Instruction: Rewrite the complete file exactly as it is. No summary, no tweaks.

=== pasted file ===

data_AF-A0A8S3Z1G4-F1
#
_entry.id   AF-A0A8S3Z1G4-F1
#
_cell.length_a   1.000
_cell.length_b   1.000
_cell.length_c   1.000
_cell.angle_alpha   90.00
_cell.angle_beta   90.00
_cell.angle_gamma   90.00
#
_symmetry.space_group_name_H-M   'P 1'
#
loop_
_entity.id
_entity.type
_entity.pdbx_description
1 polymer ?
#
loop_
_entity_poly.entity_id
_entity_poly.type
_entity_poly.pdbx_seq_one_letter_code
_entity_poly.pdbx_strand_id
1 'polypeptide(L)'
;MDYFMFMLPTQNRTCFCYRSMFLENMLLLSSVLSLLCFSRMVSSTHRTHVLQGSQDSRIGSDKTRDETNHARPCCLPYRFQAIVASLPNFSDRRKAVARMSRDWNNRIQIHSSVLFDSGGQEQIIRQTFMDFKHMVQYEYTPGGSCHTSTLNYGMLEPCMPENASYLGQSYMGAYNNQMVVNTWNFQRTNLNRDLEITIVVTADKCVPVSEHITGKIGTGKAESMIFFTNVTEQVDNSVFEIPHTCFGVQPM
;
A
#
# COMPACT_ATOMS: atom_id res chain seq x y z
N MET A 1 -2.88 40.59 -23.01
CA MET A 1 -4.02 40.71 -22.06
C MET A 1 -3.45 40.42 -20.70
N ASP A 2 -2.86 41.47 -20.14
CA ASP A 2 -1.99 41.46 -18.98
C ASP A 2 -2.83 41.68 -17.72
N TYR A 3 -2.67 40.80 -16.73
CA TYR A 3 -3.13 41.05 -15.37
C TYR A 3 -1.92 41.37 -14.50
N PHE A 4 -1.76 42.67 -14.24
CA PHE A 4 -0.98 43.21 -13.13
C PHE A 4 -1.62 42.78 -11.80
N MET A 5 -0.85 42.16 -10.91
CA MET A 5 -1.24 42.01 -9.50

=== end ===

data_AF-A0A8S3Z1G4-F1
#
_entry.id   AF-A0A8S3Z1G4-F1
#
_cell.length_a   1.000
_cell.length_b   1.000
_cell.length_c   1.000
_cell.angle_alpha   90.00
_cell.angle_beta   90.00
_cell.angle_gamma   90.00
#
_symmetry.space_group_name_H-M   'P 1'
#
loop_
_entity.id
_entity.type
_entity.pdbx_description
1 polymer ?
#
loop_
_entity_poly.entity_id
_entity_poly.type
_entity_poly.pdbx_seq_one_letter_code
_entity_poly.pdbx_strand_id
1 'polypeptide(L)'
;MDYFMFMLPTQNRTCFCYRSMFLENMLLLSSVLSLLCFSRMVSSTHRTHVLQGSQDSRIGSDKTRDETNHARPCCLPYRFQAIVASLPNFSDRRKAVARMSRDWNNRIQIHSSVLFDSGGQEQIIRQTFMDFKHMVQYEYTPGGSCHTSTLNYGMLEPCMPENASYLGQSYMGAYNNQMVVNTWNFQRTNLNRDLEITIVVTADKCVPVSEHITGKIGTGKAESMIFFTNVTEQVDNSVFEIPHTCFGVQPM
;
A
#
# COMPACT_ATOMS: atom_id res chain seq x y z
N MET A 1 -2.88 40.59 -23.01
CA MET A 1 -4.02 40.71 -22.06
C MET A 1 -3.45 40.42 -20.70
N ASP A 2 -2.86 41.47 -20.14
CA ASP A 2 -1.99 41.46 -18.98
C ASP A 2 -2.83 41.68 -17.72
N TYR A 3 -2.67 40.80 -16.73
CA TYR A 3 -3.13 41.05 -15.37
C TYR A 3 -1.92 41.37 -14.50
N PHE A 4 -1.76 42.67 -14.24
CA PHE A 4 -0.98 43.21 -13.13
C PHE A 4 -1.62 42.78 -11.80
N MET A 5 -0.85 42.16 -10.91
CA MET A 5 -1.24 42.01 -9.50